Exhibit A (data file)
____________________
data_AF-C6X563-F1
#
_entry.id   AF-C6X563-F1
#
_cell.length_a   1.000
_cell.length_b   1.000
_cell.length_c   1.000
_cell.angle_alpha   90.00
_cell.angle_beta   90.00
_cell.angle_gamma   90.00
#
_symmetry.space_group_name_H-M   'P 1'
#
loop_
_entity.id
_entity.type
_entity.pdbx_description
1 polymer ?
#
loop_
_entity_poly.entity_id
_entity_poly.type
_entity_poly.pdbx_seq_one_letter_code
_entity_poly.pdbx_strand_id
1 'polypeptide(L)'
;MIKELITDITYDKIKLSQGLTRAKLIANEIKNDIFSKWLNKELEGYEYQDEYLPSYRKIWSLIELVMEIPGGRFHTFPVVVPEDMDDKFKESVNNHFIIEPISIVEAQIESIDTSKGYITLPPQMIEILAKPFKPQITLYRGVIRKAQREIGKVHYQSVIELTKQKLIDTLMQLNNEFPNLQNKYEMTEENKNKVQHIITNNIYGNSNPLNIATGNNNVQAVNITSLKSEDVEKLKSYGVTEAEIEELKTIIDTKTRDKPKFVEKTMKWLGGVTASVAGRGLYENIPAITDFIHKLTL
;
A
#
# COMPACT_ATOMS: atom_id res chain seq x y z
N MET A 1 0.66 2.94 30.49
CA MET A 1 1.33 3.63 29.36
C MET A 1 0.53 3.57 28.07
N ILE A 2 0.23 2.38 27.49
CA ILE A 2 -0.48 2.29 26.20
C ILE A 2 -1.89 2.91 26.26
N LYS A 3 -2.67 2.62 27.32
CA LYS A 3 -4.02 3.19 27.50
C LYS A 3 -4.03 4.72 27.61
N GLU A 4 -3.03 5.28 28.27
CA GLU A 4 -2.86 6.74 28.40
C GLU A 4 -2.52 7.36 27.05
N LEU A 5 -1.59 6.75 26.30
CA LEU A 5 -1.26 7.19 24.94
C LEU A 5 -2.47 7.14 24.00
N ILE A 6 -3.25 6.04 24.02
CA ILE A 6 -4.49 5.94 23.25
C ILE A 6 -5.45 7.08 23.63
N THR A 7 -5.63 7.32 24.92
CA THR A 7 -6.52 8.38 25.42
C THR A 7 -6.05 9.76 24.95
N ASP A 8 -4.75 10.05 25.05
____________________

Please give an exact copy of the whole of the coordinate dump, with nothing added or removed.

data_AF-C6X563-F1
#
_entry.id   AF-C6X563-F1
#
_cell.length_a   1.000
_cell.length_b   1.000
_cell.length_c   1.000
_cell.angle_alpha   90.00
_cell.angle_beta   90.00
_cell.angle_gamma   90.00
#
_symmetry.space_group_name_H-M   'P 1'
#
loop_
_entity.id
_entity.type
_entity.pdbx_description
1 polymer ?
#
loop_
_entity_poly.entity_id
_entity_poly.type
_entity_poly.pdbx_seq_one_letter_code
_entity_poly.pdbx_strand_id
1 'polypeptide(L)'
;MIKELITDITYDKIKLSQGLTRAKLIANEIKNDIFSKWLNKELEGYEYQDEYLPSYRKIWSLIELVMEIPGGRFHTFPVVVPEDMDDKFKESVNNHFIIEPISIVEAQIESIDTSKGYITLPPQMIEILAKPFKPQITLYRGVIRKAQREIGKVHYQSVIELTKQKLIDTLMQLNNEFPNLQNKYEMTEENKNKVQHIITNNIYGNSNPLNIATGNNNVQAVNITSLKSEDVEKLKSYGVTEAEIEELKTIIDTKTRDKPKFVEKTMKWLGGVTASVAGRGLYENIPAITDFIHKLTL
;
A
#
# COMPACT_ATOMS: atom_id res chain seq x y z
N MET A 1 0.66 2.94 30.49
CA MET A 1 1.33 3.63 29.36
C MET A 1 0.53 3.57 28.07
N ILE A 2 0.23 2.38 27.49
CA ILE A 2 -0.48 2.29 26.20
C ILE A 2 -1.89 2.91 26.26
N LYS A 3 -2.67 2.62 27.32
CA LYS A 3 -4.02 3.19 27.50
C LYS A 3 -4.03 4.72 27.61
N GLU A 4 -3.03 5.28 28.27
CA GLU A 4 -2.86 6.74 28.40
C GLU A 4 -2.52 7.36 27.05
N LEU A 5 -1.59 6.75 26.30
CA LEU A 5 -1.26 7.19 24.94
C LEU A 5 -2.47 7.14 24.00
N ILE A 6 -3.25 6.04 24.02
CA ILE A 6 -4.49 5.94 23.25
C ILE A 6 -5.45 7.08 23.63
N THR A 7 -5.63 7.32 24.92
CA THR A 7 -6.52 8.38 25.42
C THR A 7 -6.05 9.76 24.95
N ASP A 8 -4.75 10.05 25.05